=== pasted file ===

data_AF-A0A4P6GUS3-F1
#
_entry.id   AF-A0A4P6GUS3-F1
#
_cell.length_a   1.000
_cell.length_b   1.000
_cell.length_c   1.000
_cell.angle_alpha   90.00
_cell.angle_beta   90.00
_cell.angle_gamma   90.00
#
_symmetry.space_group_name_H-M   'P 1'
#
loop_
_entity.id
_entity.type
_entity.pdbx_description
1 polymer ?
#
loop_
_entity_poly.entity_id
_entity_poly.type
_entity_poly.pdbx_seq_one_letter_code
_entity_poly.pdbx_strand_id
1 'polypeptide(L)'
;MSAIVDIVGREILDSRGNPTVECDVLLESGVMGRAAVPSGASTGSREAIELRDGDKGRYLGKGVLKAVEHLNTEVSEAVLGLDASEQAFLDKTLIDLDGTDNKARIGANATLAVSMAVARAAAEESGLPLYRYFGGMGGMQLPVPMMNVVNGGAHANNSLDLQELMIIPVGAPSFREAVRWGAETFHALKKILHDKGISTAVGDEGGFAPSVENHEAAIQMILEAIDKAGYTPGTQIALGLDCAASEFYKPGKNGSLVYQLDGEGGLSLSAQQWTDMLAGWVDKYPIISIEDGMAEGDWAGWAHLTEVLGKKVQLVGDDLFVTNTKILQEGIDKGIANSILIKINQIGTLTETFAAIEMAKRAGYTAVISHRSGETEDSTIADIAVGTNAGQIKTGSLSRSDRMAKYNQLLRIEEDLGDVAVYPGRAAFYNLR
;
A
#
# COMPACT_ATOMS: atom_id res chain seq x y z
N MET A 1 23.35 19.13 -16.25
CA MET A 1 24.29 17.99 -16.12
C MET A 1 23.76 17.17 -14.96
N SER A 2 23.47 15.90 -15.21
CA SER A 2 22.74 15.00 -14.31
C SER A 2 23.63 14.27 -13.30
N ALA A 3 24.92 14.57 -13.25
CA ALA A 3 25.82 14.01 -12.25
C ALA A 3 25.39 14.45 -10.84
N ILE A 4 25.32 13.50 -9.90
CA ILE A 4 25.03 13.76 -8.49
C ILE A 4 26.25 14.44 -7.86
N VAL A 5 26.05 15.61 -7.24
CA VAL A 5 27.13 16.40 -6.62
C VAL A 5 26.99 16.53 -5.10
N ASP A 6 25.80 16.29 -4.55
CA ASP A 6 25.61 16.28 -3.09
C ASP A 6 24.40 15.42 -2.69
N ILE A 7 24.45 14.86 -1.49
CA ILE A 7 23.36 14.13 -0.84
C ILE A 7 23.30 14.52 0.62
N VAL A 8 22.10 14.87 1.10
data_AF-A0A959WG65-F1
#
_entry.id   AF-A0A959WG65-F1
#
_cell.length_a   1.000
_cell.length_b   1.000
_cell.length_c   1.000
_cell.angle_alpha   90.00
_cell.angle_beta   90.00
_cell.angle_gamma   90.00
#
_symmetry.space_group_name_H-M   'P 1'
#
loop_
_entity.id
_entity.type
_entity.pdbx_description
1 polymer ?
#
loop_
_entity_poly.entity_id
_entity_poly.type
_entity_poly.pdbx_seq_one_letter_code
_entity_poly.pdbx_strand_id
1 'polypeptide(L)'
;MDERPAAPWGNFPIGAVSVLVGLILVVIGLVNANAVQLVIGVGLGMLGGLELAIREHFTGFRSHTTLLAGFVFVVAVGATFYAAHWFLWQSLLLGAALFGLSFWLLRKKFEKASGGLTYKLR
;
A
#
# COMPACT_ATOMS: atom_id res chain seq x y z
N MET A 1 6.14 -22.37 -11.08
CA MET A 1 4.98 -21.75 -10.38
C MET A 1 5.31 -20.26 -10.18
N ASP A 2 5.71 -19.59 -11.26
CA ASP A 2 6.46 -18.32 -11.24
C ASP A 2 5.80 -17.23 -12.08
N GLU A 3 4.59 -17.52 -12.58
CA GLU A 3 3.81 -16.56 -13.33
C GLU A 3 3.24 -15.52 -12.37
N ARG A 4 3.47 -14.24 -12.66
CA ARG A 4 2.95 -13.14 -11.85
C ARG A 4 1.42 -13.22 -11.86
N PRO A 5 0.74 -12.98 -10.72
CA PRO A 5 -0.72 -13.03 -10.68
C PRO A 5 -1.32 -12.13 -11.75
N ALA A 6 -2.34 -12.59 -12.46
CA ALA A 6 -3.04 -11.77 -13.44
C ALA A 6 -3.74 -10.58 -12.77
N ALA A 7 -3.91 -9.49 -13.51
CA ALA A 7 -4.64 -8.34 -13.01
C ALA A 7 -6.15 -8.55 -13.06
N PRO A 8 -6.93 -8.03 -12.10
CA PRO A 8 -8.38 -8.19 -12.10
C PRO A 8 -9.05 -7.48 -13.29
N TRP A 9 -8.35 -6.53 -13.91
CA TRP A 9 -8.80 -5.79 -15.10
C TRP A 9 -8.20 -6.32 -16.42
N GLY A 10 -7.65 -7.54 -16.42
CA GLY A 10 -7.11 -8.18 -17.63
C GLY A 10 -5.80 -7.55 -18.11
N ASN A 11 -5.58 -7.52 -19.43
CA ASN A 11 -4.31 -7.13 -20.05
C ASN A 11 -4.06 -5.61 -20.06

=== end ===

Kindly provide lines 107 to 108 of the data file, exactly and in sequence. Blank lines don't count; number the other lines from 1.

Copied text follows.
N TRP A 9 -8.35 -6.53 -13.91
CA TRP A 9 -8.80 -5.79 -15.10